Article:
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Grand Union Flag

Updated on September 8, 2014

The Grand Union Flag

What was the first flag of the U.S.? It was the Grand Union Flag, also known as the Congress Flag, the First Navy Ensign, the Cambridge Flag, and the Continental Colors, is considered to be the first national flag of the United States. This flag consisted of 13 red and white stripes with the British Union Flag of the time (prior to the inclusion of the St. Patrick's Cross of Ireland) in the canton.

Public domain photo courtesy Wikipedia

Public domain photo courtesy Wikipedia

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Flag History and Background

The flag was first flown on December 2, 1775 by John Paul Jones (then a Continental Navy lieutenant on the ship Alfred in Philadelphia). The Alfred flag has been credited to Margaret Manny. It was used by the American Continental forces as a naval ensign and garrison flag in 1776 and early 1777. It is widely believed that the flag was raised by George Washington's army on New Year's Day 1776 at Prospect Hill in Charlestown (now part of Somerville), near his headquarters at Cambridge, Massachusetts, and that the flag was interpreted by British observers as a sign of surrender. Recent scholarship disputes this traditional account, concluding that the flag raised at Prospect Hill was most likely a British union flag.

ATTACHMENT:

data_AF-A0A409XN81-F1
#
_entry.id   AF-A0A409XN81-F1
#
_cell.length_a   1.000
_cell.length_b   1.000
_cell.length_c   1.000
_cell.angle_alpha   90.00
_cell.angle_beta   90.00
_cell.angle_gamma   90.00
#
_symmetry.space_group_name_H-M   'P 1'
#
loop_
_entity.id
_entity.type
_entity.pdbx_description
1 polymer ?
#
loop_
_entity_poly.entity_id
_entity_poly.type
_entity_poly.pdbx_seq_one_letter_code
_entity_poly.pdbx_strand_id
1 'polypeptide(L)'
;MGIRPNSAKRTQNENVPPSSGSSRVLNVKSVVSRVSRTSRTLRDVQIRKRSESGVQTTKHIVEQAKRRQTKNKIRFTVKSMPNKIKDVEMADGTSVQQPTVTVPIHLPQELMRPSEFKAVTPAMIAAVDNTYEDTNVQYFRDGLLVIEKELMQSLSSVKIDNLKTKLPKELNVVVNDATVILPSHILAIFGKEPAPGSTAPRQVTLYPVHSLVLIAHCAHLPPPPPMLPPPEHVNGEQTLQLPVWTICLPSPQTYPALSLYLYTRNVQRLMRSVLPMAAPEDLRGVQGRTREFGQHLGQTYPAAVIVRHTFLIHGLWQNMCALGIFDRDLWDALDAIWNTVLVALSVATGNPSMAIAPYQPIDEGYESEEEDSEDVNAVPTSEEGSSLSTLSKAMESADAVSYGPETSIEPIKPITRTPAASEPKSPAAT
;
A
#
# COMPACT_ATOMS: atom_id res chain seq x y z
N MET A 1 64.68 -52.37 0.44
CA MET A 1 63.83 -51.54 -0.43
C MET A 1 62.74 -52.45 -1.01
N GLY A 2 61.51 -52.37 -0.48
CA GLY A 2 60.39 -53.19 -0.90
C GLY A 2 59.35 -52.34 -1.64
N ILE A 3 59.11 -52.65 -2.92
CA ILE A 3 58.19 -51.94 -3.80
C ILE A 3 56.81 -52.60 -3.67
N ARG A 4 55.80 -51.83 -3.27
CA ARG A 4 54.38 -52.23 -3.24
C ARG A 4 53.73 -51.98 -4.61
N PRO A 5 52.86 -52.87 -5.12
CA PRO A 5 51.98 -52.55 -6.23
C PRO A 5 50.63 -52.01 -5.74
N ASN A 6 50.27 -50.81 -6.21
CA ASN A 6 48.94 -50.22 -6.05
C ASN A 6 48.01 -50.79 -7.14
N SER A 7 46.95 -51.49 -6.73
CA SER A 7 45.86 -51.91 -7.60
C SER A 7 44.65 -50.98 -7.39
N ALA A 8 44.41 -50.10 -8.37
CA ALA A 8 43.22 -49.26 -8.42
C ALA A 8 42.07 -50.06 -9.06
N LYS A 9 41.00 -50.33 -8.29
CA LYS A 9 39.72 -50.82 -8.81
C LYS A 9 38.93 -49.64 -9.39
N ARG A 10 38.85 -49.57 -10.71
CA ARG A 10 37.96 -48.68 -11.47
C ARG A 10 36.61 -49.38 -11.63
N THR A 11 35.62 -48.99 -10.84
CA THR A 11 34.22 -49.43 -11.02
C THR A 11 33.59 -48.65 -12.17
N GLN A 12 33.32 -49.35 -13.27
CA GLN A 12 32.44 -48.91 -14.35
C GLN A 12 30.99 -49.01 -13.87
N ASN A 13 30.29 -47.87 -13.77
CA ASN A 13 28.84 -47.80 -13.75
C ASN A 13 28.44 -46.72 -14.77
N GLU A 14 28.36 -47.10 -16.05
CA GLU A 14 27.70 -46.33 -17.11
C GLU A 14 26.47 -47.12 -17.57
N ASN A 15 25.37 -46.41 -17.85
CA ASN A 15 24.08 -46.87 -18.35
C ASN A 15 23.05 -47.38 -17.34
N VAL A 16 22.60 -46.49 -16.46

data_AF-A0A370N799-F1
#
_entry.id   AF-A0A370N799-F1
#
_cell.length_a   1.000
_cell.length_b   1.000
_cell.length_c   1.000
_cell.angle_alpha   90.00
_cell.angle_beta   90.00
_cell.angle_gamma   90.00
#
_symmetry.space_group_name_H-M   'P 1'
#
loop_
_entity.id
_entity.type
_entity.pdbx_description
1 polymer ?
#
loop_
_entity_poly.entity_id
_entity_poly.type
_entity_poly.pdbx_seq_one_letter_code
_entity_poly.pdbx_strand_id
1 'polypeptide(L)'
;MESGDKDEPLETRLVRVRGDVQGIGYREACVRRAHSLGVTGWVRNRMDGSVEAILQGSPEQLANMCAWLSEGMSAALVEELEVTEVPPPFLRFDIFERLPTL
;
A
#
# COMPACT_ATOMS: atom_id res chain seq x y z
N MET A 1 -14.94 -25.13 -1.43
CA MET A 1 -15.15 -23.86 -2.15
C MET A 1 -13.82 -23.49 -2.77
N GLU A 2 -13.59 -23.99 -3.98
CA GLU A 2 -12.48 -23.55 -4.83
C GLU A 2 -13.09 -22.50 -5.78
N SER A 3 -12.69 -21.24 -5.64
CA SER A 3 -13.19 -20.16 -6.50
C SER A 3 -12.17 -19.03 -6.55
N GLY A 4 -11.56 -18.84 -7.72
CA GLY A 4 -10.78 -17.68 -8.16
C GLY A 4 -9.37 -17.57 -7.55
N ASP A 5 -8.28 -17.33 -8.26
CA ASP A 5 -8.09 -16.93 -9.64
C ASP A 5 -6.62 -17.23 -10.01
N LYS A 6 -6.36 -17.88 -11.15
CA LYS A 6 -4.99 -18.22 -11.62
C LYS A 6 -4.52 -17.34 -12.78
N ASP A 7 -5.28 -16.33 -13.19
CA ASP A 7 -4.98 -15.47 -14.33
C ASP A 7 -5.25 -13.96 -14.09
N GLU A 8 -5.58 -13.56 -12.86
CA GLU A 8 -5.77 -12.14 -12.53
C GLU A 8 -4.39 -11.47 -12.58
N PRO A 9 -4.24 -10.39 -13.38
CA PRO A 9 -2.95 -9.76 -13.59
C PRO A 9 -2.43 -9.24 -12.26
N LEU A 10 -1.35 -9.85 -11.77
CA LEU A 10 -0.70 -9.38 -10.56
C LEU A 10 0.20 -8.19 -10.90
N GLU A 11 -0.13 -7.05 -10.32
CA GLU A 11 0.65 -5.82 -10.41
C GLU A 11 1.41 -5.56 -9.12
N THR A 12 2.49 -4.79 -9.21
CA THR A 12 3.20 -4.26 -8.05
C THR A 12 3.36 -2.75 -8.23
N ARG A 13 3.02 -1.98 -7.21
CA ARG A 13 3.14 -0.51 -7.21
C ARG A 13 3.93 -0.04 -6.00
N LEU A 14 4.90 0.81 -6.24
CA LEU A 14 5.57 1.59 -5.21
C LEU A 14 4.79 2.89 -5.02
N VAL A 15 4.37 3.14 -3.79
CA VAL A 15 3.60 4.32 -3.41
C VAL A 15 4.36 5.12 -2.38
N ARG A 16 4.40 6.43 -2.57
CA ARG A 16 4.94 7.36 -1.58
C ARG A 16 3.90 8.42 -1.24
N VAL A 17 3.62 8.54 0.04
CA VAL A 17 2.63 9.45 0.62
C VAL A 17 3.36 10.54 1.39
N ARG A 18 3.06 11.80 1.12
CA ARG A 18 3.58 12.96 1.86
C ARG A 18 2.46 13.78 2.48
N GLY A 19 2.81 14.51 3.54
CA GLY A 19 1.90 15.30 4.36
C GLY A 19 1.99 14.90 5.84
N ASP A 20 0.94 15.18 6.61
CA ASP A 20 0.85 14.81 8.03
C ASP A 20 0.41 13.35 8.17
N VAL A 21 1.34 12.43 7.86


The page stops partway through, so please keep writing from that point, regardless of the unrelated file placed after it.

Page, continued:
The design of the Grand Union flag is similar to the flag of the British East India Company (BEIC). Indeed, certain BEIC designs in use since 1707 (when the canton was changed from the flag of England to that of Great Britain) were identical, as the number of stripes varied from 9 to 15. That BEIC flags were potentially well known by the American colonists has been the basis of a theory of the origin of the Grand Union flag's design.

The Flag Act of 1777 authorized as the official national flag a design similar to that of the Grand Union, with thirteen stars (representing the original thirteen U.S. states) on a field of blue replacing the British Union flag in the canton. The overlap of crosses in the canton was symbolic of two kingdoms, England and Scotland; this practice of displaying the equal components called states in America, was adopted in the form of stars, suggesting universalism, aside from the rather limiting usage to be had from continually adding crosses, no crosses being distinctly representative per colony-cum-commonwealth/state (unlike St. George for England, St. Andrew for Scotland and, later St. Patrick for Ireland).

Today the Grand Union flag is often included as the "first flag" in displays of U.S. flag history, such as on the backdrop of Presidential inaugurations.

Grand Union Outdoor Flag

Grand Union Historical Flags are specially treated to resist sun and chemical deterioration. America's choice flags are finished with a strong, durable snow-white header and brass grommets.

Flag Raising at Prospect Hill

Credits

Photo and image courtesy U. S. Government public domain.

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